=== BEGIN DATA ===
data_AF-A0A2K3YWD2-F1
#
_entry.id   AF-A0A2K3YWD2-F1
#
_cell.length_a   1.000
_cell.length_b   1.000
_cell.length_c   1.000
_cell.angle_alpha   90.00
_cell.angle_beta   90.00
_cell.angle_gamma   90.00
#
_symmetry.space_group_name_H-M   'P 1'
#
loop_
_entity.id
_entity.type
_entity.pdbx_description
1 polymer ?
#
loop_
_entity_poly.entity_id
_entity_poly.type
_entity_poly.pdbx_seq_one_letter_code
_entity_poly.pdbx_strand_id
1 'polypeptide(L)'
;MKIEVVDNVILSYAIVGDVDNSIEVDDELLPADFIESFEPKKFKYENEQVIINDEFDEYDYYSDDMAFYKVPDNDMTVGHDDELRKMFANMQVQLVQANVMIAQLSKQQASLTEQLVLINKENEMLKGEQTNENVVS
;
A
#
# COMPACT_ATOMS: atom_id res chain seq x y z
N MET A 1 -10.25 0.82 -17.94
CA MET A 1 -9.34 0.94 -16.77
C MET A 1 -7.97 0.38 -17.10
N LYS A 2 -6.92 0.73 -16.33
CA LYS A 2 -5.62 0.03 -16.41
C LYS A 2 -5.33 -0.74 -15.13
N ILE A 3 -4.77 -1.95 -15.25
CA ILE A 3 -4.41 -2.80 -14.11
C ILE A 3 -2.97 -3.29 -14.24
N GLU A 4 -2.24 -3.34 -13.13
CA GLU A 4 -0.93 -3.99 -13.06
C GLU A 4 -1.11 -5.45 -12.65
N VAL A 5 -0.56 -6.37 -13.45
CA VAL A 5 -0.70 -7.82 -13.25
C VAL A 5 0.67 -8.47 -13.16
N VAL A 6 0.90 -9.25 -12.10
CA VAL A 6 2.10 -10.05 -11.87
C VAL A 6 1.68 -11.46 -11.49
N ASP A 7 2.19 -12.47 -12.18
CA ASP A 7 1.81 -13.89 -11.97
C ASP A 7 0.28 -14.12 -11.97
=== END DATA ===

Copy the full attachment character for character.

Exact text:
data_AF-A0A2K3YWD2-F1
#
_entry.id   AF-A0A2K3YWD2-F1
#
_cell.length_a   1.000
_cell.length_b   1.000
_cell.length_c   1.000
_cell.angle_alpha   90.00
_cell.angle_beta   90.00
_cell.angle_gamma   90.00
#
_symmetry.space_group_name_H-M   'P 1'
#
loop_
_entity.id
_entity.type
_entity.pdbx_description
1 polymer ?
#
loop_
_entity_poly.entity_id
_entity_poly.type
_entity_poly.pdbx_seq_one_letter_code
_entity_poly.pdbx_strand_id
1 'polypeptide(L)'
;MKIEVVDNVILSYAIVGDVDNSIEVDDELLPADFIESFEPKKFKYENEQVIINDEFDEYDYYSDDMAFYKVPDNDMTVGHDDELRKMFANMQVQLVQANVMIAQLSKQQASLTEQLVLINKENEMLKGEQTNENVVS
;
A
#
# COMPACT_ATOMS: atom_id res chain seq x y z
N MET A 1 -10.25 0.82 -17.94
CA MET A 1 -9.34 0.94 -16.77
C MET A 1 -7.97 0.38 -17.10
N LYS A 2 -6.92 0.73 -16.33
CA LYS A 2 -5.62 0.03 -16.41
C LYS A 2 -5.33 -0.74 -15.13
N ILE A 3 -4.77 -1.95 -15.25
CA ILE A 3 -4.41 -2.80 -14.11
C ILE A 3 -2.97 -3.29 -14.24
N GLU A 4 -2.24 -3.34 -13.13
CA GLU A 4 -0.93 -3.99 -13.06
C GLU A 4 -1.11 -5.45 -12.65
N VAL A 5 -0.56 -6.37 -13.45
CA VAL A 5 -0.70 -7.82 -13.25
C VAL A 5 0.67 -8.47 -13.16
N VAL A 6 0.90 -9.25 -12.10
CA VAL A 6 2.10 -10.05 -11.87
C VAL A 6 1.68 -11.46 -11.49
N ASP A 7 2.19 -12.47 -12.18
CA ASP A 7 1.81 -13.89 -11.97
C ASP A 7 0.28 -14.12 -11.97